Supporters of the Wetsuweten nation indigenous group who oppose the construction of the Coastal GasLink pipeline, protest outside the provincial headquarters of the Royal Canadian Mounted Police (RCMP) in Surrey, British Columbia, Canada January 16, 2020. (Photo by Reuters)
Canadians have staged large-scale protests against a new natural gas pipeline across the country, leading to major transportation disruptions, building occupations, and dozens of arrests by police.
The 670-kilometer Coastal Gas Link pipeline project, opposed by indigenous Wetsuweten hereditary chiefs, would make it easier to export natural gas in British Columbia but its route goes through indigenous Canadian land.
Several indigenous camps have been set up to block access to pipeline construction sites in protest.
The Royal Canadian Mounted Police have over the past few days intervened to enforce a court order and clear the original protest blocking work on a construction site. That intervention has prompted more protests in solidarity with the indigenous people.
On Monday, dozens of protesters were arrested for trying to block access to the Pacific port of Vancouver.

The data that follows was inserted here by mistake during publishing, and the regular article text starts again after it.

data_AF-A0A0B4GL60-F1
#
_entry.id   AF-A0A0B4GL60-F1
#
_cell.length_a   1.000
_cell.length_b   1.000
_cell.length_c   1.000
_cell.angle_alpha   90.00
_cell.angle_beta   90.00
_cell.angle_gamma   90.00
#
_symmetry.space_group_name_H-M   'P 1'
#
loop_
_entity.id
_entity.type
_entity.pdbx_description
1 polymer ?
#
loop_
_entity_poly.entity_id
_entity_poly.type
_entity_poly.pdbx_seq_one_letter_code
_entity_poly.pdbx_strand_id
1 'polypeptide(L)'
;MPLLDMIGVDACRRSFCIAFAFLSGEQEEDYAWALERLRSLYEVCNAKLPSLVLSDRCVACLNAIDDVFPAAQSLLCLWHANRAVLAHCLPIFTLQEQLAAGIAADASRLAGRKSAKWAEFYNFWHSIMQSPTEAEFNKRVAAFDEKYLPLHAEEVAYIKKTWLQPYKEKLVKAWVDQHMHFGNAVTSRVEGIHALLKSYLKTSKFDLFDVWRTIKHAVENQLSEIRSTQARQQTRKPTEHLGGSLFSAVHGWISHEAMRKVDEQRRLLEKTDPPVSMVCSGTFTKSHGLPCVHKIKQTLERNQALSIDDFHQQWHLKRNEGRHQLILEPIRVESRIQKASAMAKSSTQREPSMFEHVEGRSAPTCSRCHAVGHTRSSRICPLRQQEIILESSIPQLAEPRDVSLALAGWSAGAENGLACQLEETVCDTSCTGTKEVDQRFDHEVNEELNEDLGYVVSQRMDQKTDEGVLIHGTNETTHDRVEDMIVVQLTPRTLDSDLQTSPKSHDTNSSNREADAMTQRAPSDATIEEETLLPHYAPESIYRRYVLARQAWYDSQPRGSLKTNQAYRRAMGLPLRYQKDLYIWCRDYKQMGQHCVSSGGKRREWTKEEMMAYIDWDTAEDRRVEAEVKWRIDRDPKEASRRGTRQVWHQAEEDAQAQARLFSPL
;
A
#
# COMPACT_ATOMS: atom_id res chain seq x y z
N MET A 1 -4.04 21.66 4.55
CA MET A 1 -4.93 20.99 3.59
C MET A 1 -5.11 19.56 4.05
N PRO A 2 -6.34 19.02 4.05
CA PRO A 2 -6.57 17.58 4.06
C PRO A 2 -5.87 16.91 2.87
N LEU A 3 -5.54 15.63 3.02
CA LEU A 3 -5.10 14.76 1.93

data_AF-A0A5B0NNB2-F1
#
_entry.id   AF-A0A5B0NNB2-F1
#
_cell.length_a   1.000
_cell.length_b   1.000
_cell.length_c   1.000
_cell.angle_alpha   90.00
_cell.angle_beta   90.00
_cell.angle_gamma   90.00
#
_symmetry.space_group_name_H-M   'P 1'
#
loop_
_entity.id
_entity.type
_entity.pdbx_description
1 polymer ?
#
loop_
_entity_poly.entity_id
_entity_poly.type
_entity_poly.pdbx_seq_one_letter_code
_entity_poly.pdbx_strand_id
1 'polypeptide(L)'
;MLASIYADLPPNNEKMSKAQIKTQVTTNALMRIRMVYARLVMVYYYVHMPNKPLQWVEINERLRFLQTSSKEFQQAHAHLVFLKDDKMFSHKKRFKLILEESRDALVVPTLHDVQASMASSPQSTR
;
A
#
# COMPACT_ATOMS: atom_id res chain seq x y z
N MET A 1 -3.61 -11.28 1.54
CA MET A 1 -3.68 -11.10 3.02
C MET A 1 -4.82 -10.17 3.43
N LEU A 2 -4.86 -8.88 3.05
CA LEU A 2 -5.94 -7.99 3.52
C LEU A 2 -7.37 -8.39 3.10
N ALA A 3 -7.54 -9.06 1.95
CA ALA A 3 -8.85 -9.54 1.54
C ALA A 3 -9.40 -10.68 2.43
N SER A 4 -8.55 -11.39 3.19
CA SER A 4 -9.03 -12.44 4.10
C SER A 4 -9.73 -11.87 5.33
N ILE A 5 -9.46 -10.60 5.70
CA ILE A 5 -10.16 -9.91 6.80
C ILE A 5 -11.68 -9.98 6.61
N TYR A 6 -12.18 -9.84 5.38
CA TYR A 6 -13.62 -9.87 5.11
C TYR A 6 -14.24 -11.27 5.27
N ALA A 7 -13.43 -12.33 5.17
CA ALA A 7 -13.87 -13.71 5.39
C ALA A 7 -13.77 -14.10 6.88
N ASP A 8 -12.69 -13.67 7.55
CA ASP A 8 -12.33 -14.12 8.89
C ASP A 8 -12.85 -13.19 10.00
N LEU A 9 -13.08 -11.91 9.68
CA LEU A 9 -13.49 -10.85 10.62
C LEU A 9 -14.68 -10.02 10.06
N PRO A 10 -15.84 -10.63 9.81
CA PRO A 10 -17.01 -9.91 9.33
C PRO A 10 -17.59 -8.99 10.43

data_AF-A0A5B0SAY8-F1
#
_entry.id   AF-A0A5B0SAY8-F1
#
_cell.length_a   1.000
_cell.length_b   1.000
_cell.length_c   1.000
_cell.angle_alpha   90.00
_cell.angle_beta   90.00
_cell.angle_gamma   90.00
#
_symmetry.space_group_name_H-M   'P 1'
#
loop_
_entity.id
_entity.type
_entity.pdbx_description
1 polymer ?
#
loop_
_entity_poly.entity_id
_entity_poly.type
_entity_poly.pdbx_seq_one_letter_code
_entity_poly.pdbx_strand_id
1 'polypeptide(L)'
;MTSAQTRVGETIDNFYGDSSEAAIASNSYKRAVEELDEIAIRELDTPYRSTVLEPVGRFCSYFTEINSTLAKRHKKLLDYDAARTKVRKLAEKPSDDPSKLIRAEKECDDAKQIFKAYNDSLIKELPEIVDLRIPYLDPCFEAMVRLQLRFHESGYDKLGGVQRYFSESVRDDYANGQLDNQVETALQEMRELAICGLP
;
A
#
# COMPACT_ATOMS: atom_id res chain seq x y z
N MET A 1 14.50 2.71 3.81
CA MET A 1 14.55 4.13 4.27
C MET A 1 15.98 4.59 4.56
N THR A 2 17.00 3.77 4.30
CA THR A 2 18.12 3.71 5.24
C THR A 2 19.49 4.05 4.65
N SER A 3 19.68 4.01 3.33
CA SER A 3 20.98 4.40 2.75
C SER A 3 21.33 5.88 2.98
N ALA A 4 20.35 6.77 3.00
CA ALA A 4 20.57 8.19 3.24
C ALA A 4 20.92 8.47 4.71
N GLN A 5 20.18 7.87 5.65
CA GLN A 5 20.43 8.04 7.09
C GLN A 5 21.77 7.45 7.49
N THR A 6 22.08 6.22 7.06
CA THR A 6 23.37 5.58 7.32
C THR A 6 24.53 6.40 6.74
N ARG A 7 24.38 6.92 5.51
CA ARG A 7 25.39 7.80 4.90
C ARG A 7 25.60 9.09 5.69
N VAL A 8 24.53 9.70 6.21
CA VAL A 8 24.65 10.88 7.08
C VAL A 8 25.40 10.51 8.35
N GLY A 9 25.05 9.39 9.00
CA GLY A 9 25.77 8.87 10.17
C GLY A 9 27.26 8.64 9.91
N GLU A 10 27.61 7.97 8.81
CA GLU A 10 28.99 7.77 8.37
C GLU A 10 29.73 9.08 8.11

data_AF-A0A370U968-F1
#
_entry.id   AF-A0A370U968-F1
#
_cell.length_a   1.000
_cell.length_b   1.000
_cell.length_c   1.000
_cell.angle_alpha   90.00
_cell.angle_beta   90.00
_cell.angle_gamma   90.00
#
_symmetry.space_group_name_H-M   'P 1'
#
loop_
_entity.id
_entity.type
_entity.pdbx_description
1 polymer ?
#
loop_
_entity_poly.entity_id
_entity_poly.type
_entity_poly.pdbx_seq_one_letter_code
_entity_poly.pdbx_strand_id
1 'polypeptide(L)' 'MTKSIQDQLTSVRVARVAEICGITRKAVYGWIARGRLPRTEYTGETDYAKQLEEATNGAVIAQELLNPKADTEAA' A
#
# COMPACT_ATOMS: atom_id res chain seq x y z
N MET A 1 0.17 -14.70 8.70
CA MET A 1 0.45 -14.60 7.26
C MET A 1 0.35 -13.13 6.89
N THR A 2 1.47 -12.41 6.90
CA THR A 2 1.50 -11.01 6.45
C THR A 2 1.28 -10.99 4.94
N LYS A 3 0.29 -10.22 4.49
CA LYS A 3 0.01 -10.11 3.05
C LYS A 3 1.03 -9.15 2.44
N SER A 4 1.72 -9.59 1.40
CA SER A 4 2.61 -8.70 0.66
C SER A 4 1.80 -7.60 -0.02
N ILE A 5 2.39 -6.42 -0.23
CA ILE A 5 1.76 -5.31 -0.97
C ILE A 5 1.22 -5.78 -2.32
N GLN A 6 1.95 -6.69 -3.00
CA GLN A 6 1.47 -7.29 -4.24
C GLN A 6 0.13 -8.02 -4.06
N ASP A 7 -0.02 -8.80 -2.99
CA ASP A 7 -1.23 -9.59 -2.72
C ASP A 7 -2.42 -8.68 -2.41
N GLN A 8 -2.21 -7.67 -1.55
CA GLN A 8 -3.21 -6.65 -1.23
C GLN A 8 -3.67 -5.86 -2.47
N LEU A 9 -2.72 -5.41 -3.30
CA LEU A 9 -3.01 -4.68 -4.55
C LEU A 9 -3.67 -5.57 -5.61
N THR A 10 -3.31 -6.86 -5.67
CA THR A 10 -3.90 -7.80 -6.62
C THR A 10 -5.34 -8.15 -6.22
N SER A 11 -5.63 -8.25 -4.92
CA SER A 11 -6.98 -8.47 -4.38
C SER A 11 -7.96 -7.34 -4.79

A major rail line connecting Toronto, Ottawa, and Montreal was also shut down by protesters on Tuesday, forcing more than 20,000 passengers to cancel trips. The Canadian National Railway said it would also close "significant" parts of its network unless rail lines were cleared.
Canadian Transport Minister Marc Garneau expressed concern about the "illegal" and "significant disruption" to rail services.
"We hope this will get resolved as quickly as possible because its having an important impact on the economy of the country," he said, adding that protesting on railway tracks could also be dangerous.
Meanwhile in Toronto, a few dozen protesters took over Crown-Indigenous Relations Minister Carolyn Bennetts constituency office, demanding that the multi-billion dollar project be scrapped.
In Ottawa, a group of protesters occupied the lobby of the Justice Department, while in Victoria, a number of protesters surrounded the British Columbia legislature, preventing lawmakers access.
This is not the first time people march in Canada to protest pipeline expansion projects. In March 2018, Canadians staged a protest rally against the Kinder Morgans Trans Mountain pipeline expansion project, expressing alarm at the risk of oil spills and detrimental impacts on the local environment and wildlife.
SOURCE: PRESS TV